The three men are but a little "out of the way," and, from Bunyan's description, are in fact, in the vicinity of the cross. Perhaps they even made an emotional profession at the cross and now, believing that their decisions were sufficient, have settled down in vain hope to await the judgment. But despite their nearness to the Gospel, they remain "out of the way" in bondage and in danger of destruction. It is not making a good start in religion, or being coddled by the proximity of religion, but true perseverance in faith and hope in Christ alone that counts in the end.

Upon seeing these would-be pilgrims in such delusion and danger, Christian comes to their aid. He shakes them and attempts to rouse them, comparing their conduct to that of the drunkard described in the Proverbs:

Yes, you will be like one who lies down in the midst of the sea,
Or like one who lies at the top of the mast, saying:
"They have struck me, but I was not hurt;
They have beaten me, but I did not feel it.
When shall I awake, that I may seek another drink?" (Proverbs 23:34-35)

He continues to apply the Scriptures, warning them with words from 1 Peter:

Be sober, be vigilant; because your adversary the devil walks about like a roaring lion, seeking whom he may devour (1 Peter 5:8).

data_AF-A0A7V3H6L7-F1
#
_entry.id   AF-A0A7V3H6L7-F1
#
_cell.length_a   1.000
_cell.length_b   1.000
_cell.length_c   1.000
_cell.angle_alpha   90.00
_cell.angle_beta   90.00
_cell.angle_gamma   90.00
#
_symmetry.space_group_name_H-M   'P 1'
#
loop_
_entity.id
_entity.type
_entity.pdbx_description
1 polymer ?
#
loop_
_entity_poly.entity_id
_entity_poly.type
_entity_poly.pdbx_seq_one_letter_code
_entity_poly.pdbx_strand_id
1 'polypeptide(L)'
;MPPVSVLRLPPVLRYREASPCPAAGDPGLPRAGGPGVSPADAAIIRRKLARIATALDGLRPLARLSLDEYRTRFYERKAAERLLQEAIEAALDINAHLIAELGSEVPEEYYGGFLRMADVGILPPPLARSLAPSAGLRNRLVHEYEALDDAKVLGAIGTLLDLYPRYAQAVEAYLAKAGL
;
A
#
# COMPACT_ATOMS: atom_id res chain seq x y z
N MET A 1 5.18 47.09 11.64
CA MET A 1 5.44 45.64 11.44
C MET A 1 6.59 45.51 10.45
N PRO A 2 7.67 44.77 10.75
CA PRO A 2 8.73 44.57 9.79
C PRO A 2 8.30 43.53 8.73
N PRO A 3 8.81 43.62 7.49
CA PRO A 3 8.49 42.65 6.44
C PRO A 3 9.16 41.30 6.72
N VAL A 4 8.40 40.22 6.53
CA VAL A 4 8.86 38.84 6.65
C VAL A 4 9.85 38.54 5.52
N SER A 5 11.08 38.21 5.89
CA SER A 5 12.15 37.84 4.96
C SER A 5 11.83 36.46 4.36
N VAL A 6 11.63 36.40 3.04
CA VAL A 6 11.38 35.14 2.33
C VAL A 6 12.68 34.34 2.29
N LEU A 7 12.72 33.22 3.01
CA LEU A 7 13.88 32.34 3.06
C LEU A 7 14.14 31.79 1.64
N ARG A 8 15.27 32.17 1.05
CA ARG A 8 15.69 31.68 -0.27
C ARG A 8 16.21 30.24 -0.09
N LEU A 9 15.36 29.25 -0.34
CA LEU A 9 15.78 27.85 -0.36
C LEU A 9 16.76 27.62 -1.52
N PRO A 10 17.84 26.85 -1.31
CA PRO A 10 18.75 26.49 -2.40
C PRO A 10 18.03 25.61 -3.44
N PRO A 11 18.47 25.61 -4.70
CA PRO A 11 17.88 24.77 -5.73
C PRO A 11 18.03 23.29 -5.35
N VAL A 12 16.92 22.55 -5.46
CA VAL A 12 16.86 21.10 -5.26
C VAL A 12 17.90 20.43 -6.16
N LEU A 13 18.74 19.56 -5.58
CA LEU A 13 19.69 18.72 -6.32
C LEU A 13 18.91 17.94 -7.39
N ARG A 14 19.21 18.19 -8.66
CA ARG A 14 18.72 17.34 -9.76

He further offers to help them off with their irons. Doubtless the remembrance of his own Burden that encumbered him in the Way stirred a passion in Christian to help the men. But these men wanted no help. They were, in fact, content to send Christian on his Way and settle back down for more sleep. These pretenders to the faith are no strangers to the people of God. Simple, Sloth and Presumption can be found in abundance. They are indeed attenders and even members in almost every modern church that professes faith in Christ. As we also may have opportunity to aid and confront those who are bound in the delusion of simple, sloth and presumption, it is worth commenting on each.


The first to reply to Christian's counsel is Simple. He comments in blissful ignorance: "I see no danger." He is blind to his danger because he sees no need for doctrine and understanding. He does not study and make application from God's Word. He may long for the blessings and promises, but misses the duties and warnings. Had Simple taken the time to prayerfully read his Bible and learn who he truly is and who God truly is, he would certainly see his danger as an unrepentant sinner before an all-consuming fire. For him truth is too complicated, doctrine divides, law and wrath were for another age. He wants only to "love Jesus" and put aside all of the hard issues that cause offense and discomfort.